AufBruch is always careful to avoid the conception that their work is meant to reform, and Atanassow was keen to point out that this was a line the boy had invented himself, but it added a starkly affecting moment to a strictly formalist piece of theatre.


Kultursaal der Jugendstrafanstalt Berlin

Friedrich-Olbricht-Damm 40


Wed, 03.12.2008

Fri, 05.12.2008

Wed, 10.12.2008

Fri, 12.12.2008

Time: 5:30 pm, last entrance 5:15pm

Tickets only available in advance from the Kasse of the Volksbühne.


‘Unprecedented’: How explosions and fires have rocked Berlin’s Grunewald forest

An "unprecedented" fire broke out on Thursday around a German police munitions storage site in a Berlin forest. Here's how events unfolded and the reaction.

'Unprecedented': How explosions and fires have rocked Berlin's Grunewald forest

What happened?

Emergency services were called out after explosions were heard in the ‘Grunewald’ forest in western Berlin in the early hours of Thursday morning. 

It then emerged that a fire had broken out near a police munitions storage site, all on one of the hottest days of the year when temperatures were forecast to reach around 38C in the German capital. 

As explosions continued at the site, sending debris flying into the air, firefighters weren’t initially able to get near the flames to extinguish it. Emergency services set up a 1,000-metre safety zone around the area.

This aerial photo taken by the Berlin Fire Brigade shows the fire in Grunewald.

This aerial photo taken by the Berlin Fire Brigade shows the fire in Grunewald. Photo: picture alliance/dpa/Berliner Feuerwehr

Later on Thursday afternoon, Berlin fire brigade spokesman Thomas Kirstein said the situation was “under control and there was no danger for Berliners” but that the fire was expected to last for some time.

No one has been hurt by the fires. Around 250 emergency workers were deployed to the site.

READ ALSO: Blasts ring out as forest fire rages in Berlin’s Grunewald

How was the fire being tackled?

The German army (Bundeswehr) was called in. They sent a tank aimed at evacuating munitions at the affected storage site as well as remote-controlled de-mining robots, while drones circled the air to assess the emergency.

Water cannons were also deployed around the safety zone to prevent the fire from spreading.

Berlin mayor Franziska Giffey interrupted her holiday to visit the scene, calling the events “unprecedented in the post-war history of Berlin”.

Giffey advised people in Berlin to close their windows but said the danger was minimal as there were no residential buildings within a two-kilometre (1.2-mile) radius and so no need to issue evacuation orders.

Berlin mayor Franziska Giffey speaks at the scene of the forest fire on Thursday

Berlin mayor Franziska Giffey speaks at the scene of the forest fire on Thursday. Photo: picture alliance/dpa | Wolfgang Kumm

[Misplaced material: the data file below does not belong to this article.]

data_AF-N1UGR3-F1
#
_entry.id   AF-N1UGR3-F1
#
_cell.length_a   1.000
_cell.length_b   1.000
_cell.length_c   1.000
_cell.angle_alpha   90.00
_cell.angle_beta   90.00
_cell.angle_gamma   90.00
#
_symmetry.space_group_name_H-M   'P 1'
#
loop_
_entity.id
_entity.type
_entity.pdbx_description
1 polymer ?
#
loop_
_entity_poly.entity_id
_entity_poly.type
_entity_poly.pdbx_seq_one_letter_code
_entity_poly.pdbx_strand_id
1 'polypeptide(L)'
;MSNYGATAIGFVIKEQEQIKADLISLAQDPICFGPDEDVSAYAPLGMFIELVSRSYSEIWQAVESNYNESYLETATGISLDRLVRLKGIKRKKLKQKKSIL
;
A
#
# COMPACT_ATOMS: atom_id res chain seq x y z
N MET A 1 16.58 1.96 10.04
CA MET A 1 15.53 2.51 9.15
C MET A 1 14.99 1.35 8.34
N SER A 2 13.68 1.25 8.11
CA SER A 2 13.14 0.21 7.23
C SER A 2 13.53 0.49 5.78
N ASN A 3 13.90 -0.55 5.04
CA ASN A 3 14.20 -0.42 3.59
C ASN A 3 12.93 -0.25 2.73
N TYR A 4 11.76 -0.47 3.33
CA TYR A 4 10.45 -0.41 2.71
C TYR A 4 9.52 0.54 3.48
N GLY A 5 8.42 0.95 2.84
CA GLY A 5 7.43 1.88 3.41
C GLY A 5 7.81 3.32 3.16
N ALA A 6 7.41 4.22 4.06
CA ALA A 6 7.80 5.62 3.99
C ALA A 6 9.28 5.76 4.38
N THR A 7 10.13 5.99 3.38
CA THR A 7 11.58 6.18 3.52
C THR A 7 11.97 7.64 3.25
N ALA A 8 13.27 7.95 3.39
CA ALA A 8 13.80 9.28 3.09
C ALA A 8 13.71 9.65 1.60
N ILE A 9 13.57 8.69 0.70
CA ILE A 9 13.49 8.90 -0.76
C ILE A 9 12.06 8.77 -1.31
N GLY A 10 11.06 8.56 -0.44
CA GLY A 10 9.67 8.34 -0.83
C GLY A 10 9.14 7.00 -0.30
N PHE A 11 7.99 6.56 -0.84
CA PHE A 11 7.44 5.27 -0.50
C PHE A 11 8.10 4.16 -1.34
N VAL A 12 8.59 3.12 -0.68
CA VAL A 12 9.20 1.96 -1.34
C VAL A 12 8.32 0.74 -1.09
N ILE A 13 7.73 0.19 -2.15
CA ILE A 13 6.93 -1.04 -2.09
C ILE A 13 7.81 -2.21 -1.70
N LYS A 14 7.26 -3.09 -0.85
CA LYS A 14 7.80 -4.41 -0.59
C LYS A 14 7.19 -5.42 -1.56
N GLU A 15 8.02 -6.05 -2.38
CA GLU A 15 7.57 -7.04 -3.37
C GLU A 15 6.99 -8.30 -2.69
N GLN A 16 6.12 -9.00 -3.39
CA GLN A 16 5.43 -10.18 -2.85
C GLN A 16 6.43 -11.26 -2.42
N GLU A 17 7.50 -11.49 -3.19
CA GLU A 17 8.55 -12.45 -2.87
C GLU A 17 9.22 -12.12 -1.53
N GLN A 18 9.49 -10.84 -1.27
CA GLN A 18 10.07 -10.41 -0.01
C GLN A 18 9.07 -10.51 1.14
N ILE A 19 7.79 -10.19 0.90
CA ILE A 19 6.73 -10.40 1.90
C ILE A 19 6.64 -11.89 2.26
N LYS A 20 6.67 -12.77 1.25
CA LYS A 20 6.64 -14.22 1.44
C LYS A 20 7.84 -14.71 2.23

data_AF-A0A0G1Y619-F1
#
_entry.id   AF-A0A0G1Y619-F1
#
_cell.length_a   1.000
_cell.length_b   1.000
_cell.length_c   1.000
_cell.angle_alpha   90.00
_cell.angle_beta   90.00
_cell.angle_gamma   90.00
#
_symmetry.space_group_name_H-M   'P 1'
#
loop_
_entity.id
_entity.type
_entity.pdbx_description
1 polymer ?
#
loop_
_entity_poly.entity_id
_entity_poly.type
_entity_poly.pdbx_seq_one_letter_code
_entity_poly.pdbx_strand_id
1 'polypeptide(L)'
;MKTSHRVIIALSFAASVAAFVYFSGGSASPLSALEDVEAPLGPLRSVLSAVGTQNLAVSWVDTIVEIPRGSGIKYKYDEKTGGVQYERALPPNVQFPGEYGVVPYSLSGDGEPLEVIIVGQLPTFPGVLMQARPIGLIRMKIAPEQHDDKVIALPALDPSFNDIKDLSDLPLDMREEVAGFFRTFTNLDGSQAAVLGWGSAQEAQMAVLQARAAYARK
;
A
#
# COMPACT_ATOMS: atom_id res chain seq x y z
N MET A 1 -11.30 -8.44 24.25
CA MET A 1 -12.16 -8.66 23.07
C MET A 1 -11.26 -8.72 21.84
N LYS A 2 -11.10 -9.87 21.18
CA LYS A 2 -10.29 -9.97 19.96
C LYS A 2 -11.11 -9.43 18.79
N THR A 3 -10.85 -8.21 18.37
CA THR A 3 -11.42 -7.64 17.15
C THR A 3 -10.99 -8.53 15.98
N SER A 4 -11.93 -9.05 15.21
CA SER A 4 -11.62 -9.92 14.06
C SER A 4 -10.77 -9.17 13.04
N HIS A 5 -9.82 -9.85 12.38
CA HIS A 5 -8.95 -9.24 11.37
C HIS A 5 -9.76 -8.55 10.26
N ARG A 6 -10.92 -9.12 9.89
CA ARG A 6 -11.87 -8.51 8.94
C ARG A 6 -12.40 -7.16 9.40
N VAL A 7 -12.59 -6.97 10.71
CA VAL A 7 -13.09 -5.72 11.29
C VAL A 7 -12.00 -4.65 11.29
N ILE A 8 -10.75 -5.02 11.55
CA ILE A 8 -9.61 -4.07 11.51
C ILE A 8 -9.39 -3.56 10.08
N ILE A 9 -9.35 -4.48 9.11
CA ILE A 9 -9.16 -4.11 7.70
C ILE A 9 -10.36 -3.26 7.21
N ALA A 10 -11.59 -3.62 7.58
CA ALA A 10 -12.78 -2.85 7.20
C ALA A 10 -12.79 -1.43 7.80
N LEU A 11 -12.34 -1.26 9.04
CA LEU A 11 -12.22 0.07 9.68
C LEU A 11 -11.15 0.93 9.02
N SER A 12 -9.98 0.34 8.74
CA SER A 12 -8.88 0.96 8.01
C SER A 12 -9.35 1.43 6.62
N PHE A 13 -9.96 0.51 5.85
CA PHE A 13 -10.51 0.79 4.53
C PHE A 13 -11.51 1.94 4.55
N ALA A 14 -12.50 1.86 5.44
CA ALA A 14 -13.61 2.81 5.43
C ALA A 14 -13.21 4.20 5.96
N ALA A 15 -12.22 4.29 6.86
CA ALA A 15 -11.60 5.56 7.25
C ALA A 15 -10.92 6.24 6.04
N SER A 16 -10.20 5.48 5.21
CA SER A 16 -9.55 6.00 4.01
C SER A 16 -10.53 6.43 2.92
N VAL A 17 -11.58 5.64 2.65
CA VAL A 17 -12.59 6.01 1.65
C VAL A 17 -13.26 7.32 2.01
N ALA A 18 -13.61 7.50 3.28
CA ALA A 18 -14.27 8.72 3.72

“It would be much more difficult if there were residential buildings nearby,” she said.

What caused the blaze?

That’s still unclear. Police say they are investigating what started the fire exactly. 

The store in question holds munitions uncovered by police, but also unexploded World War II-era ordnance which is regularly dug up during construction works.

Giffey said local authorities would “have to think about how to deal with this munitions site in the future and whether such a place is the right one in Berlin”.

Is Grunewald a popular site?

Very much so. The sprawling forest on the edge of Berlin is home to lots of hiking trails and is even near some popular lakes, such as the Krumme Lanke. It’s also near the Wannsee and Havel river. 

Map shows where the fire broke out in Berlin's Grunewald

Map shows where the fire broke out in Berlin’s Grunewald. Photo: picture alliance/dpa/dpa Grafik | dpa-infografik GmbH

Authorities appealed for the public to avoid the forest, which is regularly visited by both locals and tourists.

Deutsche Bahn said regional and long-distance transport was disrupted due to the blaze.

A part of the Avus motorway between Spanischer Allee and Hüttenweg was also closed in both directions, as well as Kronprinzessinnenweg and Havelchaussee, according to the Berlin traffic centre.

Aren’t forest fires and strong heat causing problems elsewhere?

Yes. Authorities on Thursday said no firefighting choppers were available as they were already in use to calm forest fires in eastern Germany.

However, they also said the 1,000-metre safety zone applied to the air, so there was a limit to how useful it would be to drop water on the fire from above.

The German capital is rarely hit by forest fires, even though its 29,000 hectares of forests make it one of the greenest cities in the world.

Brandenburg, the region surrounding Berlin, as well as parts of eastern Germany have for days been battling forest fires.

Parts of Germany were also recently hit by forest fires during heatwaves this summer. 

Temperatures were expected to climb as high as 40C across parts of Germany on Thursday. However, it is set to cool down on Friday and thunderstorms are set to sweep in from the west.

With reporting by AFP’s David COURBET